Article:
This is my last column.
Until next year. Don’t want you to get too excited.
It may be a time to reflect on the past 12 months. Or, better, a time to look ahead.
2020 is going to be a big year in Alabama and nationally. The U.S. Senate will at some point hold an impeachment trial of Donald Trump, our seemingly demented president. That trial, by most all accounts, will end in acquittal. But that may not be the end. If Democrats are determined, they can impeach the criminal president again.
More important, though, is that voters have their say on the president’s tenure in November 2020. While I don’t believe Trump will be re-elected, that terrible result certainly can’t be counted out.
First, Democrats have to get their act together, settle on a nominee, then get behind that nominee fully. In 2016, after Hillary Clinton defeated Bernie Sanders in the Democratic primary, many Democrats and Bernie supporters stayed home on election day. Even so, Clinton beat Trump in the popular countby nearly 3 million votes. Trump gained the White House by beating Clinton by a few thousand votes in some key states and winning the Electoral College 304-227.
The nation isn’t more enamored with Trump this time around. The president has clearly ticked off many groups, including African Americans and other people of color, immigrants, women, the LGBTQ+ community and others. And demographically, the nation continues to turn more brown.
The economy is doing well, true, and Trump can take credit for that now, but remember, it really is Barack Obama’s economy.Trump’s trade wars have not helped, and his foreign policies are an embarrassment to the nation.
So with all the scandals surrounding his presidency, with many of his associates, former Cabinet members, and friends convicted of crimes, Trump should be easy pickings.
He’s not, though, and unless Democrats really pull together and show up on voting day, Trump could slip through again. He’s certainly got the political machine – and money – to repeat.
In Alabama, we have important congressional races, with U.S. Rep. Martha Roby, R-Montgomery, retiring and U.S. Rep. Bradley Byrne, R-Montrose, running for the U.S. Senate seat held by Doug Jones, D-Birmingham. Byrne has a crowd to get through – including former Sen. Jeff Sessions – and it isn’t looking so good for him. Good. We need to be rid of Byrne.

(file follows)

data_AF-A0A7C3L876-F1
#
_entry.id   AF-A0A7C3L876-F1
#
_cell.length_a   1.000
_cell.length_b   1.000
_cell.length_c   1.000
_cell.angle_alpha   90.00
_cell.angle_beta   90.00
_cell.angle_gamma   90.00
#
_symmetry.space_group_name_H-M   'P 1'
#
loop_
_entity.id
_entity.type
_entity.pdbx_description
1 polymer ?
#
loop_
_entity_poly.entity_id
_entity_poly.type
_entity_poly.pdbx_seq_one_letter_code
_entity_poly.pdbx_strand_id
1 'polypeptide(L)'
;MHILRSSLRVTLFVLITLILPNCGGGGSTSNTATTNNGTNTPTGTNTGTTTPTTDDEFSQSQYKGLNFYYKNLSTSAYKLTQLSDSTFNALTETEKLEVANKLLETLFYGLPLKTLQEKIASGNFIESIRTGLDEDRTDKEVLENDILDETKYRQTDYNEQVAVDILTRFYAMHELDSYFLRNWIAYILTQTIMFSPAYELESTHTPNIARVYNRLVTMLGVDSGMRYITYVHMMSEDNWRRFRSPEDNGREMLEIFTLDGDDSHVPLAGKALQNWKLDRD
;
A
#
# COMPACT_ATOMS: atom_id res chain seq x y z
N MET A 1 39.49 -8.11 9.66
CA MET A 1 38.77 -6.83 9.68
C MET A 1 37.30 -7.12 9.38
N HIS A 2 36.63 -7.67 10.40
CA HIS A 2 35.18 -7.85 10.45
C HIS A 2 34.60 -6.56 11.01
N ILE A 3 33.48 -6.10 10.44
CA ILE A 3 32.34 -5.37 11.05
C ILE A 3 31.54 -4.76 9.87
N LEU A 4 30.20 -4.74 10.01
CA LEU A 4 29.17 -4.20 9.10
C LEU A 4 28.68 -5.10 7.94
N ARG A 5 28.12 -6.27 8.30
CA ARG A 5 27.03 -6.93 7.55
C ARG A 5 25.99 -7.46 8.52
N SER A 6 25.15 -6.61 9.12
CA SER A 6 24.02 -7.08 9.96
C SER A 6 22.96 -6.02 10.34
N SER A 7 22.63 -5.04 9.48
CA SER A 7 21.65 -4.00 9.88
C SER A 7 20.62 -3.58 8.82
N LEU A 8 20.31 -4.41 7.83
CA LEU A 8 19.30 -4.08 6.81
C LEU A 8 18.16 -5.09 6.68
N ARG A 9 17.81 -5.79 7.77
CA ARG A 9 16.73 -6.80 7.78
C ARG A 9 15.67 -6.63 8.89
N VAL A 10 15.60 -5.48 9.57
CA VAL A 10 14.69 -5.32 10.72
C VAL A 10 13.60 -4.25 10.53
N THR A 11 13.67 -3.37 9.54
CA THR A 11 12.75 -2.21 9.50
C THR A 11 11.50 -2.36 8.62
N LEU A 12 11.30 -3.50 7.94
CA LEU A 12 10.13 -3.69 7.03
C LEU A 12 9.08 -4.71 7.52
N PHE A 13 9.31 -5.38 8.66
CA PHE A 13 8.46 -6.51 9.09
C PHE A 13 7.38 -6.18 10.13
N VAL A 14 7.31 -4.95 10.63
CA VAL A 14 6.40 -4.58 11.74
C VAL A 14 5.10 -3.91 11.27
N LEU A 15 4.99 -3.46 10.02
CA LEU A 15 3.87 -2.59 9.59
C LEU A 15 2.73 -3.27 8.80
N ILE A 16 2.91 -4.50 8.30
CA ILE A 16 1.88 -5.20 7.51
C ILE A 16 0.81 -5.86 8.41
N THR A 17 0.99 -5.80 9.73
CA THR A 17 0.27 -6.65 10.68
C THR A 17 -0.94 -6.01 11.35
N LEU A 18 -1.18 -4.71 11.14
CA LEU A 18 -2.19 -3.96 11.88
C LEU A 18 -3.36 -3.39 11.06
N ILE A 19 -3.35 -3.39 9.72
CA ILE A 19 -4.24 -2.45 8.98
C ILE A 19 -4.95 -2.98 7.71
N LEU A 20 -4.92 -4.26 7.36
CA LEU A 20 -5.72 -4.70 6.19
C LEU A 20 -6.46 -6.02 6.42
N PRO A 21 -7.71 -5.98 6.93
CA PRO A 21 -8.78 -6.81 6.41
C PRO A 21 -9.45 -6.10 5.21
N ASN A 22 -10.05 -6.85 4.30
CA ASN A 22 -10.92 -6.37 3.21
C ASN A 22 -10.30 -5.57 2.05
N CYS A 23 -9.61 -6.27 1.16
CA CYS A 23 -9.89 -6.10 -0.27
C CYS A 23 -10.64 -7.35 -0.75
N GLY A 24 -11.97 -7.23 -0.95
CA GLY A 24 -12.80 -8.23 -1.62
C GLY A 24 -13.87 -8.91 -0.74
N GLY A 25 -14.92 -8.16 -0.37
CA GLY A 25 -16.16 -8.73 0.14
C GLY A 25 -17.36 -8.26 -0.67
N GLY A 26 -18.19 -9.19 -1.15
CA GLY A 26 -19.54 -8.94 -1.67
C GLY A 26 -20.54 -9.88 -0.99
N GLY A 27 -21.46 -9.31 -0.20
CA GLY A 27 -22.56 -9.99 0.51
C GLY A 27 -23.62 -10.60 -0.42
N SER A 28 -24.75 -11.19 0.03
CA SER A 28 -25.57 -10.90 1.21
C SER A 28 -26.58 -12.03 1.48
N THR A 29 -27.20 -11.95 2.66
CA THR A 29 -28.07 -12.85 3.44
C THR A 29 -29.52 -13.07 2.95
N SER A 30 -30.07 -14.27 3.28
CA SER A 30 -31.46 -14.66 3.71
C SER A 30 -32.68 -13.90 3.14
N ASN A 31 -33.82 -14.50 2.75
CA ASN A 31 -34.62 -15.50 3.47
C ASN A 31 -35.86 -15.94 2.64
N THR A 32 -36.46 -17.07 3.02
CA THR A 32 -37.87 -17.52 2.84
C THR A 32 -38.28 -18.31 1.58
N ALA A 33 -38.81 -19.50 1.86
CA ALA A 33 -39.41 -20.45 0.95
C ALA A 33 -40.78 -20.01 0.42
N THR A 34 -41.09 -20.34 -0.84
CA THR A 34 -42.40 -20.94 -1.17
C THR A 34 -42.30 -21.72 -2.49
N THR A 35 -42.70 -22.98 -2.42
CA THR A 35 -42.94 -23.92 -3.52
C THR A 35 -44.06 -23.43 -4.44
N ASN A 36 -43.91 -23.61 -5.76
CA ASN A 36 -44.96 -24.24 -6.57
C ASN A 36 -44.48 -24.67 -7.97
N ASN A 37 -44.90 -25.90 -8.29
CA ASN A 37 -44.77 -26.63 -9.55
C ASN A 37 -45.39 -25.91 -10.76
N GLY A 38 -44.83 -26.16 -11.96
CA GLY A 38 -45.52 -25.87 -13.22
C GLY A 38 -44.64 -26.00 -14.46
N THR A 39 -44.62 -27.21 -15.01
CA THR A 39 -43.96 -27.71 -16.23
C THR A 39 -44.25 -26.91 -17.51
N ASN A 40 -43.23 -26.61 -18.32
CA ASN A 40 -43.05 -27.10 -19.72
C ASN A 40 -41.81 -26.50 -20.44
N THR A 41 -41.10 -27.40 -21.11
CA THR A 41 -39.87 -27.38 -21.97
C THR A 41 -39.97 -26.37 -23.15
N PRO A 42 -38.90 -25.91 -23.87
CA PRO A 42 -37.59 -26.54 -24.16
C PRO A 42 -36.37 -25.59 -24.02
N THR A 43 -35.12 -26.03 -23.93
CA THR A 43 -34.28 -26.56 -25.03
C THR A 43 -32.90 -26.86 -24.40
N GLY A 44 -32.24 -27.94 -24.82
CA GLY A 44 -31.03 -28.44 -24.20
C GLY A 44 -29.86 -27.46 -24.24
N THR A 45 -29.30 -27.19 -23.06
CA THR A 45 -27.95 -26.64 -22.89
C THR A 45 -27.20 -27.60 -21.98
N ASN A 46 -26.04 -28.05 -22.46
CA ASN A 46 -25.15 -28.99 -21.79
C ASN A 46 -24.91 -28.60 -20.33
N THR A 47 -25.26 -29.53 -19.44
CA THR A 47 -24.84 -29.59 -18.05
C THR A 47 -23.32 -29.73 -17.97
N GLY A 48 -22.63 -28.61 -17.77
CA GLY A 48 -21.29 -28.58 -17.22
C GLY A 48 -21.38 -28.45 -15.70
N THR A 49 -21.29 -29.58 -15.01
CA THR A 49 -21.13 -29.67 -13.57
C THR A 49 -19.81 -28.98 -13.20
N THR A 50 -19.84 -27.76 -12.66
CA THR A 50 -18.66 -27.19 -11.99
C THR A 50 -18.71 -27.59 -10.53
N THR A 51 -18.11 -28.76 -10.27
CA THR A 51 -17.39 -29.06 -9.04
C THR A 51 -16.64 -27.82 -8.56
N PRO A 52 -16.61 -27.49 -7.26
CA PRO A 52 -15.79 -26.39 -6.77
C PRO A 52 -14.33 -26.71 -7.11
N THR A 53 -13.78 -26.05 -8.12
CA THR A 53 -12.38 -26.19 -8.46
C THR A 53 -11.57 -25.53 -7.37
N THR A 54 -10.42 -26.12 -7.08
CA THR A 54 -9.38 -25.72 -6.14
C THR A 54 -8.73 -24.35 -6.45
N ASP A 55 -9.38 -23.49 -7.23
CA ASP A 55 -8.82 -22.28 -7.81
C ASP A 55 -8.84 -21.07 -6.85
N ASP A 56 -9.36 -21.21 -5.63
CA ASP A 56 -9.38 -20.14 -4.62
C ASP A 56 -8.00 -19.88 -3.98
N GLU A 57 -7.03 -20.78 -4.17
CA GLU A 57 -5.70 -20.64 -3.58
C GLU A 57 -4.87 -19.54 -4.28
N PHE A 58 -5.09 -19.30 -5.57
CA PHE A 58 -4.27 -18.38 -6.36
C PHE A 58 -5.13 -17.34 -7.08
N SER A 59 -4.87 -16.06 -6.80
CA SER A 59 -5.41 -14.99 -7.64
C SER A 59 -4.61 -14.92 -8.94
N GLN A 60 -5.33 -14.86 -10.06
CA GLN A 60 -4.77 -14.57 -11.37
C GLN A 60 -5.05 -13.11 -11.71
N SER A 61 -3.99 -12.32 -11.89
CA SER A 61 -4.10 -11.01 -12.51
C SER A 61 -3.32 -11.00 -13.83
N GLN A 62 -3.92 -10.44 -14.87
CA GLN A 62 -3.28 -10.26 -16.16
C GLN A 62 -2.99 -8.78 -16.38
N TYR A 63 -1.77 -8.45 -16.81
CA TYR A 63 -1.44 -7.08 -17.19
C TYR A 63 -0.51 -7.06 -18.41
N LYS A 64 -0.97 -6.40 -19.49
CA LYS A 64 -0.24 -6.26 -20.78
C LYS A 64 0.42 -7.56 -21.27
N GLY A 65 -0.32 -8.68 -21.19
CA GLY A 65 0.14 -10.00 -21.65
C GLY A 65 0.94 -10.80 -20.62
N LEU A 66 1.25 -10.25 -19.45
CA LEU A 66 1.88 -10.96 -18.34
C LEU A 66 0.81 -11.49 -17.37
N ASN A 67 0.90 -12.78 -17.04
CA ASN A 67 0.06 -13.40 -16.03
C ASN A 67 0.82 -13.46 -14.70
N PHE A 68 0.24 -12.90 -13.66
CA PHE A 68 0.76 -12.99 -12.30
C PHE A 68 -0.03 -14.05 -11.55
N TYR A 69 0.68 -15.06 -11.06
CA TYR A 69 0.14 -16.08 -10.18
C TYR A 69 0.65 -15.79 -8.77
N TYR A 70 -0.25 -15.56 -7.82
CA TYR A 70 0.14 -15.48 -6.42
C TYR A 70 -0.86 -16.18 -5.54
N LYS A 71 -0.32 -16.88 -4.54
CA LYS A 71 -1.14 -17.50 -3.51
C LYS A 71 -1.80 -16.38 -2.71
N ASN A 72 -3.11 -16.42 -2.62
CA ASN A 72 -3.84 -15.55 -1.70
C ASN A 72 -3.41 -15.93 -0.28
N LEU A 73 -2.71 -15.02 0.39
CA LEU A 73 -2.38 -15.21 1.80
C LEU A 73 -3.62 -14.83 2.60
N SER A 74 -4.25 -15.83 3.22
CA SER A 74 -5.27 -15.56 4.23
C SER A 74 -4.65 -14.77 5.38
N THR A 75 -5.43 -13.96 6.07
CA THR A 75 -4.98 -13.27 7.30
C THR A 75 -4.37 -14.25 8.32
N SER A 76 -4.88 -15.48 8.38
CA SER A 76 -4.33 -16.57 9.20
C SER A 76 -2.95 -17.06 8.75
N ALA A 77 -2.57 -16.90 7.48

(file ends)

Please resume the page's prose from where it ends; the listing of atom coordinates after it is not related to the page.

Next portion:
Likewise, Jones is running his own re-election campaign. As the only Democrat elected statewide in Alabama, Jones faces a big challenge. Unlike when he won in 2017 in a special election, this time Jones will be on the ballot with members of Congress and Trump, a true Alabama favorite. Though Jones has really been a fine senator, too many voters don’t consider qualifications but, rather, simply vote straight ticket Republican.
Alabama should join most other states and end straight-party voting, but the Republicans who hold supermajorities in both chambers of the Legislature and who own the governor’s office and every other constitutional office, want to keep voters dumb and scratching that elephant oval.
Still, don’t count Jones out. He motivates many voters, including independents and African American women.
Also in 2020: What is the state finally going to do about all manner of issues, including the opioid epidemic, the state’s failing prisons, the mental health treatment crisis, reasonable gun regulation and red flag laws, and the lack of affordable health insurance for hundreds of thousands of working poor Alabamians?
We need not hold our breath. At the end of 2020, we’ll probably still be talking about these issues, Alabama voters will be looking to the same, tired, Republican Party to find fixes they haven’t found in a decade, and, as a poor state, Alabama will still be at the bottom of just about every quality-of-life measure out there.
We’ll keep doing the same thing and hope for a different result. The very definition of insanity.
Joey Kennedy, a Pulitzer Prize winner, writes a column every week for Alabama Political Reporter. Email: [email protected]